Jumat, 21 Agustus 2009

Fisika Modern

The foundations of quantum mechanics were established during the first half of the twentieth century by Niels Bohr, Werner Heisenberg, Max Planck, Louis de Broglie, Albert Einstein, Erwin Schrödinger, Max Born, John von Neumann, Paul Dirac, Wolfgang Pauli, David Hilbert, andothers. In the mid-1920s, developments in quantum mechanics led to its becoming the standard formulation for atomic physics. In the summer of 1925, Bohr and Heisenberg published results that closed the "Old Quantum Theory". Out of deference to their dual state as particles, light quanta came to be called photons (1926). From Einstein's simple postulation was born a flurry of debating, theorizing and testing. Thus the entire field of quantum physics emerged, leading to its wider acceptance at the Fifth Solvay Conference in 1927.

The other exemplar that led to quantum mechanics was the study of electromagnetic waves such as light. When it was found in 1900 by Max Planck that the energy of waves could be described as consisting of small packets or quanta, Albert Einstein further developed this idea to show that an electromagnetic wave such as light could be described as a particle - later called the photon - with a discrete quanta of energy that was dependent on its frequency.[3] This led to a theory of unity between subatomic particles and electromagnetic waves called wave–particle duality in which particles and waves were neither one nor the other, but had certain properties of both.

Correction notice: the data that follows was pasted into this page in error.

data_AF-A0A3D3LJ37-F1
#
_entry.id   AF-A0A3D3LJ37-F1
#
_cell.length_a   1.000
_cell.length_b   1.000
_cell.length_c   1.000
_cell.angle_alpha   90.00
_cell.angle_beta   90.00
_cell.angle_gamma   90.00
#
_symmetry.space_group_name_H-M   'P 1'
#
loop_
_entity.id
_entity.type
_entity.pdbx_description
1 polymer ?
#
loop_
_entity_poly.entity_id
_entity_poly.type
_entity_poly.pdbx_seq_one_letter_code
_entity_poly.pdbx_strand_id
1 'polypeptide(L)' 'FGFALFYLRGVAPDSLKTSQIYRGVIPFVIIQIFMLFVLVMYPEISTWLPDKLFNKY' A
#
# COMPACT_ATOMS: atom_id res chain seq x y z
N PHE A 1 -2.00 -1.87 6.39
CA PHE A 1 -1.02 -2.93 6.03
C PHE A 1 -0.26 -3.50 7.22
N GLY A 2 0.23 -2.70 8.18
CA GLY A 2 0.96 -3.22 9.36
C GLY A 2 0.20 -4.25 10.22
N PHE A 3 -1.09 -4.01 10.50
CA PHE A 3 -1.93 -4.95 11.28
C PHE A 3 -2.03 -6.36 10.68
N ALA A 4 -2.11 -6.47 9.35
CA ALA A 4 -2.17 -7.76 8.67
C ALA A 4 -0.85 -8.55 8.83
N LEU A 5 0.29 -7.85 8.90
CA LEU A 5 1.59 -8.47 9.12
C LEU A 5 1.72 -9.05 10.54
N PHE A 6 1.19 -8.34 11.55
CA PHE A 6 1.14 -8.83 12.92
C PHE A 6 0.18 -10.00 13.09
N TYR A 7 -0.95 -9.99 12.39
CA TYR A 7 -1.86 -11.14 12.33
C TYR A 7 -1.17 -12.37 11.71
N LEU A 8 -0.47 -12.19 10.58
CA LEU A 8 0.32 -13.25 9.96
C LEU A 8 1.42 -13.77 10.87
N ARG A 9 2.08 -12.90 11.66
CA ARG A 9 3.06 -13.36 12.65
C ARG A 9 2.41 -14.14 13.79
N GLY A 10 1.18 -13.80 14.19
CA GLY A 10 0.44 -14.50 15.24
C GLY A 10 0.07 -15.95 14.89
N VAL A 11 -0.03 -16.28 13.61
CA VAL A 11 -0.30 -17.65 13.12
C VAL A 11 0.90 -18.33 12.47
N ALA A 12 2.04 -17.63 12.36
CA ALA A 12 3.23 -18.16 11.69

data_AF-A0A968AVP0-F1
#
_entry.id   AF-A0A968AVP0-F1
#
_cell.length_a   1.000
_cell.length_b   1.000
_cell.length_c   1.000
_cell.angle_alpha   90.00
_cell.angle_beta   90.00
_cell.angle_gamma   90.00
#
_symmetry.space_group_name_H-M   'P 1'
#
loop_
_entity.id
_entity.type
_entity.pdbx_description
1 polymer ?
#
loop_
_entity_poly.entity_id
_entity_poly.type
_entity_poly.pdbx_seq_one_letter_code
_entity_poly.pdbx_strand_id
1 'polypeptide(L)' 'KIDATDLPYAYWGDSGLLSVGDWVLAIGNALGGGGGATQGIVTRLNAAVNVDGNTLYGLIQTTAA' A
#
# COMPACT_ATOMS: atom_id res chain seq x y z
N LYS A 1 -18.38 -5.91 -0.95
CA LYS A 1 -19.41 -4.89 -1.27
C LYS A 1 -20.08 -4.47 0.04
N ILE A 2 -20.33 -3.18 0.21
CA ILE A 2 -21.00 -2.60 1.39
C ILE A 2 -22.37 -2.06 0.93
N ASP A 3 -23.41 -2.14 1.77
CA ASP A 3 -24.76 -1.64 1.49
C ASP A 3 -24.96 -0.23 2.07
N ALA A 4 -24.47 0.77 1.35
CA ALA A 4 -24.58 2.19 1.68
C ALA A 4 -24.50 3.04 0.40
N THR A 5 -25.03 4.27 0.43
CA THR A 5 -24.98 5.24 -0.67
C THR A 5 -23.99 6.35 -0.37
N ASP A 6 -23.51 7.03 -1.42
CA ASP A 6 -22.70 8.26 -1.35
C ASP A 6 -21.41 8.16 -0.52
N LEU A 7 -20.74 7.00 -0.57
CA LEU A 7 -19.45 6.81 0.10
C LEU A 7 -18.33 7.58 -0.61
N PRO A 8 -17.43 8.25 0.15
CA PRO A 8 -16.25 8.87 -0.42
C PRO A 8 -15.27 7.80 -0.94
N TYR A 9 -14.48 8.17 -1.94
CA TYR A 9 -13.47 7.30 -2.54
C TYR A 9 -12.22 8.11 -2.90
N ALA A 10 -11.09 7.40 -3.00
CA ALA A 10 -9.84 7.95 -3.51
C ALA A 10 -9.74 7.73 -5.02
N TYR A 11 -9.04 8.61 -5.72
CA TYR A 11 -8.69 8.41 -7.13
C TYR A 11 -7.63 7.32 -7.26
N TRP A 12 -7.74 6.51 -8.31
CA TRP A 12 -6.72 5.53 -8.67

While quantum mechanics traditionally described the world of the very small, it is also needed to explain certain recently investigatedmacroscopic systems such as superconductors and superfluids.

Some trajectories of a harmonic oscillator (a ball attached to a spring) in classical mechanics (A-B) and quantum mechanics (C-H). In quantum mechanics, the position of the ball is represented by a wave (called the wavefunction), with real part shown in blue and imaginary part in red. Some of the trajectories, such as C,D,E,F, are standing waves (or "stationary states"). Each standing-wave frequency is proportional to a possible energy level of the oscillator. This "energy quantization" does not occur in classical physics, where the oscillator can have any energy.

Lecture 4 of Leonard Susskind's Modern Physics course concentrating on Quantum Mechanics. Recorded January 28, 2008 at Stanford University.

This Stanford Continuing Studies course is the second of a six-quarter sequence of classes exploring the essential theoretical foundations of modern physics. The topics covered in this course focus on quantum mechanics. Leonard Susskind is the Felix Bloch Professor of Physics at Stanford University.

Complete playlist for the course:

Stanford Continuing Studies: http://continuingstudies.stanford.edu/

About Leonard Susskind: http://www.stanford.edu/dept/physics/people/faculty/sussk...

Stanford University channel on YouTube:

Course material

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